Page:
Wednesday, August 12, 2009

Where Photography meets Science (and vice versa)

Soft TreeLast week I was for my science work at the SPIE conference that was being held in San Diego. This is an excellent conference on optical phenomena, photovoltaics, microscopy and more. It also has a track on more classical lens design. In a strange collosion between my two worlds, I met Ken Rockwell there. Ken maintains a funny and often instructive website that is well known and often controversial among net-connected photographers or people who just like to wax endlessly about gear online. I often disagree with his more strong opinions (although I often suspect he is pulling our legs), but often strongly agree with them. It is always entertaining however not in the least because his photography often featuring retina-burning saturation. But I digress.

This encounter made me think about other areas where my two worlds meet. Of course I interject a lot of my science geekiness into my photography as I know and understand sensors, how film works, dyes, how light interacts with matter, how semiconductors work, how light scattering works, and much more. This is tremendously helpful in understanding my gear and light in general. There are also areas however, where the inverse happens and where photography enters my science life. One of those occurances happened when I recently opened a closet at my work and found stacks and stacks of boxes of unexposed 4x5 black and white polaroids. These were probably once used for electron microscopy, but they are the exact same stuff you would use in a viewcamera to get a quick check before exposing the real negative. Electron microscopy has gone completely digital now and nobody in that field uses this stuff anymore as the digital capture has many advantages even though the film captures were always spectacular. We used to have a darkroom down there too that has gone defunct for obvious reasons. The warning sign is still there.

As another example, I do a lot of work on plastic solar cells. These are solar cells that can be made basically as cheap as paint and on flexible substrates. I wrote a small SPIE newsroom article on my work for non-experts for SPIE a while ago that you can read in the link if you're interested. It happens that several companies have started producing such solar cells on roll-to-roll facilities that were bought and modified from coaters used in the now mostly defunct film industry. A great example of such a company is Konarka in Bedford Massachusetts that bought up an old Polaroid plant. They are now spewing out many meters of "power plastic" at fantastic rates. On the one hand, it is sad to see the film industry (safe for some significant holdouts) being assimilated, but on the other hand it is good to see that this technology is being used in a new and very useful manner. Another area that enters in my science work is small silver nanoparticles. Once the reason behind the black coloring in photographic film and paper, now I use these as "plasmonically" active centers in my solar cells and in other applications. Much of the science behind making these particles and their chemistry was worked out ages ago mostly for photographic applications!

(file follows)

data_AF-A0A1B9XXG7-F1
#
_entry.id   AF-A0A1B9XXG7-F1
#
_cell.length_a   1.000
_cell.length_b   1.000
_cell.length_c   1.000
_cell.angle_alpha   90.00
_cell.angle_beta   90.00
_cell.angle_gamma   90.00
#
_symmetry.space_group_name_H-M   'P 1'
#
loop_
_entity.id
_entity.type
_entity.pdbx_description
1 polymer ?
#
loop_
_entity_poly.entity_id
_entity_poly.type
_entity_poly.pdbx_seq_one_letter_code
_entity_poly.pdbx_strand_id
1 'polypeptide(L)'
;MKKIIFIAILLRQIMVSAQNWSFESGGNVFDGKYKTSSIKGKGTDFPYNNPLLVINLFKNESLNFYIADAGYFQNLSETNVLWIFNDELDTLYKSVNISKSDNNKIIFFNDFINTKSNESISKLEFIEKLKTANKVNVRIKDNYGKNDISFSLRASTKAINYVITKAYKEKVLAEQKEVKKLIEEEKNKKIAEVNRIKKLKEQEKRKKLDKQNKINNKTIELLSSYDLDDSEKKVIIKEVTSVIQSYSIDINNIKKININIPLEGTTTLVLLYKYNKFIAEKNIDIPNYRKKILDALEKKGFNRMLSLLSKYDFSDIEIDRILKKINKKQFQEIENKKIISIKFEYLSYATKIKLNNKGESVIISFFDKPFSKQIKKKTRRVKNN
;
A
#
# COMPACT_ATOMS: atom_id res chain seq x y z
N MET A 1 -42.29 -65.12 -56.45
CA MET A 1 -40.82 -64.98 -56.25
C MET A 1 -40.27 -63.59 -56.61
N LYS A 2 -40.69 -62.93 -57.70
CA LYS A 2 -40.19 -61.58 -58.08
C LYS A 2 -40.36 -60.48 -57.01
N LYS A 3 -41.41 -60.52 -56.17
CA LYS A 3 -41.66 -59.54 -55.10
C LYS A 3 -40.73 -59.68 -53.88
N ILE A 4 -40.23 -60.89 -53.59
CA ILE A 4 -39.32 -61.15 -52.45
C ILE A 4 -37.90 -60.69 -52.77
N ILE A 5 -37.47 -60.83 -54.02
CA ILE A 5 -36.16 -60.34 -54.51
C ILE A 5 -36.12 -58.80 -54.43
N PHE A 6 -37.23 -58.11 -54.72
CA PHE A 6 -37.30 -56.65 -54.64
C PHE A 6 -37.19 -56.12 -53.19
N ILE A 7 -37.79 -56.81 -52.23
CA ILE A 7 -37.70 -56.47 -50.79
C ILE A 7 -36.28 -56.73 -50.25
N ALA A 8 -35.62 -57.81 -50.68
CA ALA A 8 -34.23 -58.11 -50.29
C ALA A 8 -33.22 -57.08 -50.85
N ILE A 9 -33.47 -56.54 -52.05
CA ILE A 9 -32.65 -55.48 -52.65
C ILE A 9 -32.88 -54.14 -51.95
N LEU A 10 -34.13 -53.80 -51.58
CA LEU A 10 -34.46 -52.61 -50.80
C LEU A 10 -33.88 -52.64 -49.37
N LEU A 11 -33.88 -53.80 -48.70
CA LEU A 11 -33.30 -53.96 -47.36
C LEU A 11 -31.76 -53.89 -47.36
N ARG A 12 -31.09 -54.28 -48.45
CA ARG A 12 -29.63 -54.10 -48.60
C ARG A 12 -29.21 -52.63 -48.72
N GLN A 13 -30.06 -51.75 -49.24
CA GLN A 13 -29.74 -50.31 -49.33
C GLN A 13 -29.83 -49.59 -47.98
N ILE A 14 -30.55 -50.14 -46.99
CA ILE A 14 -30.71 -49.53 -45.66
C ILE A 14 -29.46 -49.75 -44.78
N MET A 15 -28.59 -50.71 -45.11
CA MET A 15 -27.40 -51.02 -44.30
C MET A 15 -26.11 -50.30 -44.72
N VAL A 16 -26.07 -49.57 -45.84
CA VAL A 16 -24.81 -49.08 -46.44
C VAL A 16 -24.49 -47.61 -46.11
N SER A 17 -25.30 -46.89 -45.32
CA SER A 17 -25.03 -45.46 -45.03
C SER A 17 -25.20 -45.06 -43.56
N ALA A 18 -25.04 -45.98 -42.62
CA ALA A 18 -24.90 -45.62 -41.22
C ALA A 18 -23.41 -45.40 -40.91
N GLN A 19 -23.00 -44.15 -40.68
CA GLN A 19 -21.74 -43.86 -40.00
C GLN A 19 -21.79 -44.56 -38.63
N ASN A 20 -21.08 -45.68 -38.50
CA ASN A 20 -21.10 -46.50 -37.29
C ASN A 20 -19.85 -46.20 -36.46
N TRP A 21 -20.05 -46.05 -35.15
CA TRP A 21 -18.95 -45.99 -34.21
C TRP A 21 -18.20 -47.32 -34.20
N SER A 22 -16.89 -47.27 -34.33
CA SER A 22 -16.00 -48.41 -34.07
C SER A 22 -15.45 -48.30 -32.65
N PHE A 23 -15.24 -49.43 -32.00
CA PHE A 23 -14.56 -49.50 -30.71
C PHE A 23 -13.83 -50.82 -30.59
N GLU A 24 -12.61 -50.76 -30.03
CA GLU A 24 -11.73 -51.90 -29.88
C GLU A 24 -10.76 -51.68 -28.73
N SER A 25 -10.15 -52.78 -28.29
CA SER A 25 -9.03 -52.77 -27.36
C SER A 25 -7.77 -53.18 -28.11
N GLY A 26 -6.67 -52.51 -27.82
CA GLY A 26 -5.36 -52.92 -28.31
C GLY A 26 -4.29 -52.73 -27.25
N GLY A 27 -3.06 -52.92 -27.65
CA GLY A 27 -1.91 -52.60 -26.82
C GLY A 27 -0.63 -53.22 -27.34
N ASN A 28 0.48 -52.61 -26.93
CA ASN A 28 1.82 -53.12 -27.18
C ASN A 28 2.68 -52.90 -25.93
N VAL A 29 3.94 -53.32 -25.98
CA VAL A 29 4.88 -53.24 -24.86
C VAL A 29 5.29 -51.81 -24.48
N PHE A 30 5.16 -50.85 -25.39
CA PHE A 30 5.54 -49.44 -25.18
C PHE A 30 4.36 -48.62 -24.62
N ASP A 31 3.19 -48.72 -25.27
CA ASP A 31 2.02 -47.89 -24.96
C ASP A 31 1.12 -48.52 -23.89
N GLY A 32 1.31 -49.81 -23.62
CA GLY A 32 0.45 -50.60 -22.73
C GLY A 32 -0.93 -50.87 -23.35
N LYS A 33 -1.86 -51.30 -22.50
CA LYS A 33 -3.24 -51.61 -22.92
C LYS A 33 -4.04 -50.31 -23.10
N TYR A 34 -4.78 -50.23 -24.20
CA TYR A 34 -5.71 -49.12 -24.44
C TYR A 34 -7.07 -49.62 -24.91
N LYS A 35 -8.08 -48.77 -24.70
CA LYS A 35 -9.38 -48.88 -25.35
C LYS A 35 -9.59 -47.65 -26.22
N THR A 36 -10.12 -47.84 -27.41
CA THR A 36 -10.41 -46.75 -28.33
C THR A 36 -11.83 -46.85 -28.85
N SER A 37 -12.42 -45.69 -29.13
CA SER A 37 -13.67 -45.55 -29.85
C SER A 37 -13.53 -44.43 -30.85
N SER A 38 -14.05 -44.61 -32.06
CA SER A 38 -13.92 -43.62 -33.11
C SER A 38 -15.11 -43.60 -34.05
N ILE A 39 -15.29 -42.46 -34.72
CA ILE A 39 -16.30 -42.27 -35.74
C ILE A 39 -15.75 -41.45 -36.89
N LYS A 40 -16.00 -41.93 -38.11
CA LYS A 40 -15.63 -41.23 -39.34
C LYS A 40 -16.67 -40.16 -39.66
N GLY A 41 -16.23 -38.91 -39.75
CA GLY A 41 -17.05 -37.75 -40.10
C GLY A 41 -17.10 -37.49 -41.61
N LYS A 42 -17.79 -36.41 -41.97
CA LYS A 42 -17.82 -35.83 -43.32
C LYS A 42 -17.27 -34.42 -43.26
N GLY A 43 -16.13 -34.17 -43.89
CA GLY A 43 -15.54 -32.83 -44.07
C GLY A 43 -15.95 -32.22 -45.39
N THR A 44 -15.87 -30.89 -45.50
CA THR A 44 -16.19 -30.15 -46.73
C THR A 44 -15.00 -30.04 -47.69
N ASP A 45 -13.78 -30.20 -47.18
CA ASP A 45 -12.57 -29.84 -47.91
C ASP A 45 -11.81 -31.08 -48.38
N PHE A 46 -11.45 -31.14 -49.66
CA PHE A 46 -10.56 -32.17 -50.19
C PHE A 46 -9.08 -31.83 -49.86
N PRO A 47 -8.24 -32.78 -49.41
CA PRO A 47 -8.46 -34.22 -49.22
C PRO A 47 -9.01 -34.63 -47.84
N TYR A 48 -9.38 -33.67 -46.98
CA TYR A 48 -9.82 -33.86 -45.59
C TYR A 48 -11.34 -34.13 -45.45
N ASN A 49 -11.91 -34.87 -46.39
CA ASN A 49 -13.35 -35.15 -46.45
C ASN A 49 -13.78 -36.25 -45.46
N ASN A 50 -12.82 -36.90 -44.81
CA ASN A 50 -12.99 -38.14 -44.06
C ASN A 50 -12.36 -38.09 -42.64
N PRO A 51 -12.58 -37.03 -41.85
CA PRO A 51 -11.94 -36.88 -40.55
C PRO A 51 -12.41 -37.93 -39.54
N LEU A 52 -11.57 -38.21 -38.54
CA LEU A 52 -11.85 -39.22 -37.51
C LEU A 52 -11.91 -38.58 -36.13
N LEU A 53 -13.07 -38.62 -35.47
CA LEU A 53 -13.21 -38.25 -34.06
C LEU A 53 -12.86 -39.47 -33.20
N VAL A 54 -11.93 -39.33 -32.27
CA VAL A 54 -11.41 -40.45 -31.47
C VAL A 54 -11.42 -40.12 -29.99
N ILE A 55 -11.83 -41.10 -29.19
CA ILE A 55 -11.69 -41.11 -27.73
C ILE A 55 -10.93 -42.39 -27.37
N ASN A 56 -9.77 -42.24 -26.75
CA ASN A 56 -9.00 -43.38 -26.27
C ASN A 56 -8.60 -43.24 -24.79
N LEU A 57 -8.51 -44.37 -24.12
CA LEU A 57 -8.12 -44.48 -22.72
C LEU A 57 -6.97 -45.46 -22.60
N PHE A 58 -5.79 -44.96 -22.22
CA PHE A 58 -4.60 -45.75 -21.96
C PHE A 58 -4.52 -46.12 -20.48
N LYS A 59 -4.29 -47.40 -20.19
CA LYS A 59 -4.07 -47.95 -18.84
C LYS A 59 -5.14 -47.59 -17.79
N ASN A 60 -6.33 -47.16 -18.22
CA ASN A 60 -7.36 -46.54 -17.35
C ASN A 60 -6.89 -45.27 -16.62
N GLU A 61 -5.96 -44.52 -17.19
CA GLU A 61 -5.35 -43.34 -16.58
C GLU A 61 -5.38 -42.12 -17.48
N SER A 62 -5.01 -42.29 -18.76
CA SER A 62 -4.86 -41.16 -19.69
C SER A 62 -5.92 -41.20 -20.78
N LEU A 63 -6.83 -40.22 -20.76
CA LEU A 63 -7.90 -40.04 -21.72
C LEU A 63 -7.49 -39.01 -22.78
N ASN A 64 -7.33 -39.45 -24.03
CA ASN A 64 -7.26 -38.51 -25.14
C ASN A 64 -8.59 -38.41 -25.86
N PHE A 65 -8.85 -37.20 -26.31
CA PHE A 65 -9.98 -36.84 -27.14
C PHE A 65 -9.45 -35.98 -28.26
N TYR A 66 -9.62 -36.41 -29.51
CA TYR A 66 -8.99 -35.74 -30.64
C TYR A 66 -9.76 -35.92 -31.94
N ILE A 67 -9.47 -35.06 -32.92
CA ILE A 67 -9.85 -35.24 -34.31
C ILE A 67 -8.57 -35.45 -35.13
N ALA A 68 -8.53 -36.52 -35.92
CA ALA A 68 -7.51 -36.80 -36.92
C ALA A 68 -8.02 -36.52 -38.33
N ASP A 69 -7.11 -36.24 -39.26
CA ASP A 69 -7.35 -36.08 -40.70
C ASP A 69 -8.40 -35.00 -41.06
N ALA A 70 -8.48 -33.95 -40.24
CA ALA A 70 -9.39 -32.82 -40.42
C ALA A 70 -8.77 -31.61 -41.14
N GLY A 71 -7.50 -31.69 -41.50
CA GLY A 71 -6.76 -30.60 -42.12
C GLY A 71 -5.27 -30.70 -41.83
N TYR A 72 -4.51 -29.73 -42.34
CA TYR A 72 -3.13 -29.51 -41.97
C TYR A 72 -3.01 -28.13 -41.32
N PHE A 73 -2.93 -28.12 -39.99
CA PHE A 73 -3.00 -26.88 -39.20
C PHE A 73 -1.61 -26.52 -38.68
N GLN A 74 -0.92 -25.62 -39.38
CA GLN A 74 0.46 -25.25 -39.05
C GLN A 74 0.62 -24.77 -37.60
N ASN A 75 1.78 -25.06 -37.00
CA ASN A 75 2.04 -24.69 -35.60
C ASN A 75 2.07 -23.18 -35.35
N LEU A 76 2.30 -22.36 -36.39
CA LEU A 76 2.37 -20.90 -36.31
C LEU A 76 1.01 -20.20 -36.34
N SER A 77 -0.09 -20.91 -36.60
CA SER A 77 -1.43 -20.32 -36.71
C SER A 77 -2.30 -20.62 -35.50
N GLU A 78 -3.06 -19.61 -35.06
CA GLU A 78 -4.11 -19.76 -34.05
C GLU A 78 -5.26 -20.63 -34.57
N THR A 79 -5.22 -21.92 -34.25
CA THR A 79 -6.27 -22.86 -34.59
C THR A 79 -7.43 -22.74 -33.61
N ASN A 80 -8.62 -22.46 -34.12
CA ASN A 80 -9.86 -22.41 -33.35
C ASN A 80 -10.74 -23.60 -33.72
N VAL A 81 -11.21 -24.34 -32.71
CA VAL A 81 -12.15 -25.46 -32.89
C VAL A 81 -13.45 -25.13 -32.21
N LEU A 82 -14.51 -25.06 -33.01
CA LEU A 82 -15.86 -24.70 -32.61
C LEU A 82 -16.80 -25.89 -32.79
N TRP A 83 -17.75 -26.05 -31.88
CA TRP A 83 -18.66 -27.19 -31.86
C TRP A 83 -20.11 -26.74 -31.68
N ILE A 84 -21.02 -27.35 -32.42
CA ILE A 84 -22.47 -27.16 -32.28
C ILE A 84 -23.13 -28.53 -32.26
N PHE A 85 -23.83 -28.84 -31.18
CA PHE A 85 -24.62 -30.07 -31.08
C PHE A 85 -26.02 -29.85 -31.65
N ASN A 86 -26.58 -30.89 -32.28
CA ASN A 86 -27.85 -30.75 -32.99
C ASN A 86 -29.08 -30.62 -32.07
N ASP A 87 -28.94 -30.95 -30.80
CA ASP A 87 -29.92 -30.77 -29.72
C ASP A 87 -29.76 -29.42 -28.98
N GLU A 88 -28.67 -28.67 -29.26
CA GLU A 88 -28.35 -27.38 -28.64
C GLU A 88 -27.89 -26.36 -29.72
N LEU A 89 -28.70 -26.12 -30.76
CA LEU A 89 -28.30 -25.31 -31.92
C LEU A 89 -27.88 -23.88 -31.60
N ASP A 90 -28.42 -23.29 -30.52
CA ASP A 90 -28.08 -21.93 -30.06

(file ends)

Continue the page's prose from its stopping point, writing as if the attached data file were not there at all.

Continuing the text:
My encounter with Ken in a non-photographic setting made me realize that these worlds have a lot of overlap. Both photography and science are inherently creative endeavours and this should therefore not be that surprising. I am sure there are many more scientists/engineers that dabble in photography and vice versa. In the end, we are all curious, which helps both in science and in art.

Lastly, San Diego is a wonderful town. I did have basically no time to explore much as the conference was great but I snapped a few shots with the D50/50mmf1.8 combo that I slipped into my bag at the last moment. They are posted around this blogpost and you can see a few more in the flickr set.

1 comment:

  1. Thank you for sharing this article with us. I do feel I am blessed to live in San Diego. If you ever come back please look us up. :)
    ~ Shuwen